Tenofovir plasma pharmacokinetics were well described by a two-compartment model. However, the lack of points in the absorption phase did not allow us to estimate a value for ka
. As fixing this parameter was not possible, an alternative model in which a common value was estimated for ka
and α was preferred. Our mean CL/F
estimate (90.9 liters/h) was nevertheless close to the previously reported value in healthy volunteers (88.1 liters/h) (6
). Furthermore, a pharmacokinetic study performed after intravenous administrations of tenofovir in HIV patients (5
) reported CL and Vss
values of approximately 18 liters/h and 800 liters, respectively. As tenofovir bioavailability is thought to be about 25 to 30% (1
), these results are also in agreement with our own data (i.e., 90.9 liters/h for CL/F
and 2,064 liters for Vss
). The mean calculated AUC0-24
obtained in the present study (3.0 mg · h/liter) was also similar to the previously described values (3.6 mg · h/liter) (6
), 2.94 mg · h/liter (1
). Our results also confirmed the increase in tenofovir AUC0-24
induced by concomitant treatment with lopinavir/ritonavir that has been reported previously (10
). A possible explanation for this pharmacokinetic interaction is the inhibition of the Mrp-2-mediated transport of tenofovir outside renal tubules (13
). Our data did not allow us to identify the similar interaction with atazanavir (10
) as this association involved only two patients. Didanosine was combined with tenofovir for 60 patients. If this association is known to increase didanosine exposure (10
), an effect of didanosine on tenofovir pharmacokinetics was not found in the present study.
As expected, the four patients with tubular dysfunction had markedly reduced concomitant CL/F compared to patients with equivalent CLCR values but without tubulopathy. This discrepancy between CLCR and tenofovir CL/F can be explained by the importance of tubular secretion in the renal elimination of tenofovir. For these patients, tubular dysfunction was imputed to tenofovir therapy as the renal function normalized after the tenofovir treatment was stopped.
Tenofovir is indeed known to induce tubular dysfunction that can lead to renal impairment in a limited number of patients (13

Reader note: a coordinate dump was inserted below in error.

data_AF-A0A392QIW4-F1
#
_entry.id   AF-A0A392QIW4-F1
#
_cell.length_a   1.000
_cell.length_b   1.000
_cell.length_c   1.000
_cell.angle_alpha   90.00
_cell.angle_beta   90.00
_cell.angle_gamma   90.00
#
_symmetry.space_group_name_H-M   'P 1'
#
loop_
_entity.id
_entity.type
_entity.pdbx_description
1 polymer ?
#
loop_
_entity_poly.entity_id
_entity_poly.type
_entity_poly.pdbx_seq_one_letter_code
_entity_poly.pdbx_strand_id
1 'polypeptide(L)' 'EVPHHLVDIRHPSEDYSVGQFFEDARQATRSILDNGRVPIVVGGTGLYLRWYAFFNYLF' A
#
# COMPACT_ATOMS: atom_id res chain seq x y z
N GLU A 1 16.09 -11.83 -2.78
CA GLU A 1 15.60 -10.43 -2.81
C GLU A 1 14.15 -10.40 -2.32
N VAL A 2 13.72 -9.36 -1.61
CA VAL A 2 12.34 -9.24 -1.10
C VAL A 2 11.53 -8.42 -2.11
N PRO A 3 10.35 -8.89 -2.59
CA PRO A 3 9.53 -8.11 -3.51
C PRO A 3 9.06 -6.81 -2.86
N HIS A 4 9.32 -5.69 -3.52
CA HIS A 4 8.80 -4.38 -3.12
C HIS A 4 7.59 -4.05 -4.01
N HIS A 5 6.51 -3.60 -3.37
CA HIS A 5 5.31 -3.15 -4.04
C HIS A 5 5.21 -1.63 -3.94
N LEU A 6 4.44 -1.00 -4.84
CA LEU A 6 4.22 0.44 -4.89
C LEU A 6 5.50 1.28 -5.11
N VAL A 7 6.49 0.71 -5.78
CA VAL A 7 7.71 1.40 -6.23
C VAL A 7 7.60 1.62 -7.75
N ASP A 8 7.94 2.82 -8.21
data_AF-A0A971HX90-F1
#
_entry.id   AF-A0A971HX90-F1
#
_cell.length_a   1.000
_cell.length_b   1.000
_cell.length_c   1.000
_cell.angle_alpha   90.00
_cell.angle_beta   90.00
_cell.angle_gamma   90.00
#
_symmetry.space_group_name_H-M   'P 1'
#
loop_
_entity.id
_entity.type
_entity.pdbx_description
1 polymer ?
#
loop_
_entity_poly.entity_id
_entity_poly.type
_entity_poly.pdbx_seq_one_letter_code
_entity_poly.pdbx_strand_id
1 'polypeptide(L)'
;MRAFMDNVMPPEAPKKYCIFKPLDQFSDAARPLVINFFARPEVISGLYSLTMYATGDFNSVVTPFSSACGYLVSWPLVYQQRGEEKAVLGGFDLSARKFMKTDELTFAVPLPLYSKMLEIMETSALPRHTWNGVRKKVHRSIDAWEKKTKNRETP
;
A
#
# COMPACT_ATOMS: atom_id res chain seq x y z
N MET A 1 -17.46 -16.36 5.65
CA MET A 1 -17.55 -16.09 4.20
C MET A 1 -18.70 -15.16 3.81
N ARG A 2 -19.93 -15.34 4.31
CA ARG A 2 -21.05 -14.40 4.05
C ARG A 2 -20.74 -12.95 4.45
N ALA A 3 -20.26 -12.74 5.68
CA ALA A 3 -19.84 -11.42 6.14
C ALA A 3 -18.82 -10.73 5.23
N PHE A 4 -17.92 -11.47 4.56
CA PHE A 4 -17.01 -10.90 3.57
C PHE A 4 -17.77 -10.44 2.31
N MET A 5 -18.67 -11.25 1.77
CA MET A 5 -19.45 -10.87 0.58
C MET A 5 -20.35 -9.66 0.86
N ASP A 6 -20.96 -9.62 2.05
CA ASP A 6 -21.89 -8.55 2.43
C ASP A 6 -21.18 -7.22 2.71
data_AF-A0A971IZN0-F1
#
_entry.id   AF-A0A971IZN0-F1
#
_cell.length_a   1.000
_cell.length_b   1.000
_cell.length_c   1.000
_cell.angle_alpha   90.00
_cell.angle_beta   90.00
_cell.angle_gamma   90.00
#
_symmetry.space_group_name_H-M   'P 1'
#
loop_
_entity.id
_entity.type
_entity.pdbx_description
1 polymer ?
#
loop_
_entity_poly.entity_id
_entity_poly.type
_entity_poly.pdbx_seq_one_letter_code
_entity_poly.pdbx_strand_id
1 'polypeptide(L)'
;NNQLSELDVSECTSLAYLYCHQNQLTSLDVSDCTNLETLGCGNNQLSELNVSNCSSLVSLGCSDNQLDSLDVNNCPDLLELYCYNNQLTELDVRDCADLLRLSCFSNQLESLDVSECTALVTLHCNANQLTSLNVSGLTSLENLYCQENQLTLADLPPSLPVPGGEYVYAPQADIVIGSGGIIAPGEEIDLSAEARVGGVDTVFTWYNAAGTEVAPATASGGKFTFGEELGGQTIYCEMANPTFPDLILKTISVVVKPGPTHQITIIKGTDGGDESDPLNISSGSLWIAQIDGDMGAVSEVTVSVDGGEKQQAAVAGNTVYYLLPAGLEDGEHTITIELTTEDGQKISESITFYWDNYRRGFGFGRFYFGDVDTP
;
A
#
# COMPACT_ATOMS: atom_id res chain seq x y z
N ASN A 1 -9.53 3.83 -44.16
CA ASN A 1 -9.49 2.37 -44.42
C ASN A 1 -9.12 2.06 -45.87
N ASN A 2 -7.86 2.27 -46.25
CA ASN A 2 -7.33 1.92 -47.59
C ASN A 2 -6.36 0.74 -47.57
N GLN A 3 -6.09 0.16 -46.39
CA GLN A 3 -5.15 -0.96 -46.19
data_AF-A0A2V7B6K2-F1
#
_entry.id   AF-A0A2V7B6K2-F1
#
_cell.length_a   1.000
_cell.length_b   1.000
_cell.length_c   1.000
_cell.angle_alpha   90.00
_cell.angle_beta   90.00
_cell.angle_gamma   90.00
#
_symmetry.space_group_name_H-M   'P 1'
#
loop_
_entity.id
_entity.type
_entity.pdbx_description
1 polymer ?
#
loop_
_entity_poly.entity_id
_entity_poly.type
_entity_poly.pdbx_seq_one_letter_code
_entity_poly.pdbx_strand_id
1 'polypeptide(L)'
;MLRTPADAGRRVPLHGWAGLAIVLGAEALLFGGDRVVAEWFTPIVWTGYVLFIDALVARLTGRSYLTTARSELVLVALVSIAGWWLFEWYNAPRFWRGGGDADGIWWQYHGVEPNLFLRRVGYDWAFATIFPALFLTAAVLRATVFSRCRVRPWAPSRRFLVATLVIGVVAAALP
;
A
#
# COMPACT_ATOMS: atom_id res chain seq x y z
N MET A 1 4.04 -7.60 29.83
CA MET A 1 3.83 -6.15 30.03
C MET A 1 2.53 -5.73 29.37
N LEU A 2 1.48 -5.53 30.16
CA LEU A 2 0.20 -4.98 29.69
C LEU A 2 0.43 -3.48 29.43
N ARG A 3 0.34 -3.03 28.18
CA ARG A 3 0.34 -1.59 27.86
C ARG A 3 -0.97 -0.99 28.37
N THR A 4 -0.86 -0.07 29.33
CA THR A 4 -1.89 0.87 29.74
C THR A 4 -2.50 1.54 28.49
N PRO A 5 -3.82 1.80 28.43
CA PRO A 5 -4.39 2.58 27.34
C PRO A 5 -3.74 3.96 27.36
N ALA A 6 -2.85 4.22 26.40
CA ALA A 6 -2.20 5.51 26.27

). Hypophosphatemia is a biological sign that is thought to occur in 100% of tenofovir-induced tubular dysfunction (7
). No relationship was found between phosphatemia and tenofovir CL/F
in the present study. However, this result can be explained by the fact that hypophosphatemia is a parameter of poor specificity (4
) and does not mean that this relationship does not exist in patients with tenofovir-induced tubular dysfunction. However, one interesting point that remains to be assessed is the possible relationship between a high tenofovir exposure at the beginning of tenofovir therapy and the incidence of tenofovir-induced tubulopathy.
A strong relationship was found between tenofovir CL/F
. Serum creatinine alone did not provide such an improvement of the fit, probably because it is not an accurate marker of the renal function as it does not take into account creatinine production from muscle mass, a parameter that can be reflected by body weight. The effect of CLCR
was also less pronounced, maybe because the Cockroft-Gault and Jelliffe formulas also take gender and age into account, two covariates that showed no significant effect on CL/F
. Thus, and as it was previously suggested (11
could appear as a surrogate marker of the renal function, which explains its significant effect on tenofovir CL/F
Tenofovir exposure decreased when BW/SCR
increased, the highest BW/SCR
values corresponding to an AUC0-24
markedly lower than the mean AUC0-24
reported for the recommended 300-mg TDF dose (i.e., 2.94 mg · h/liter) (1
). This decrease in tenofovir AUC0-24
could have consequences upon treatment efficacy. Indeed, the phase II study cited above (1
) demonstrated that mean viral load decrease and AUC0-24
were −1.2 log10
copies/ml and 2.94 mg · h/liter, respectively, for the 300-mg dose, whereas the mean viral load decrease and AUC0-24
were −0.44 log10
copies/ml and 1.6 mg · h/liter, respectively, for a 150-mg dose. Furthermore, another phase II study showed the existence of a correlation between tenofovir AUC0-∞
at the first day of treatment and the antiviral response at the 14th day (5
). Thus, though tenofovir is an inactive prodrug, these two studies strongly suggested the existence of a relationship between tenofovir exposure and the treatment efficacy.
Our results did not allow us to identify such a relationship. However, this does not mean that such a relationship does not exist as our study was not designed for this virological endpoint. A rigorous methodology would have necessitated virological as well as pharmacological selection criteria. Because of the lack of such criteria, many biases (i.e., unknown viral load for 114 patients, viral load at the beginning of tenofovir therapy, tenofovir therapy duration at sampling time, combined antiretroviral drugs, treatment history, compliance, etc.) can explain the lack of correlation between viral load and tenofovir AUC0-24 that we observed. In consequence, it seems important to investigate the possible influence of the renal function of patients receiving TDF at 300 mg QD on treatment efficacy in a prospective trial.
In conclusion, this study showed that tenofovir plasma clearance was related to the body weight/serum creatinine ratio and that high ratio values corresponded to an important decrease in tenofovir AUC0-24. The virological consequence of this decrease in tenofovir exposure should be prospectively investigated, and the usefulness of a dosage adjustment based on body weight/serum creatinine ratio should be evaluated in further studies.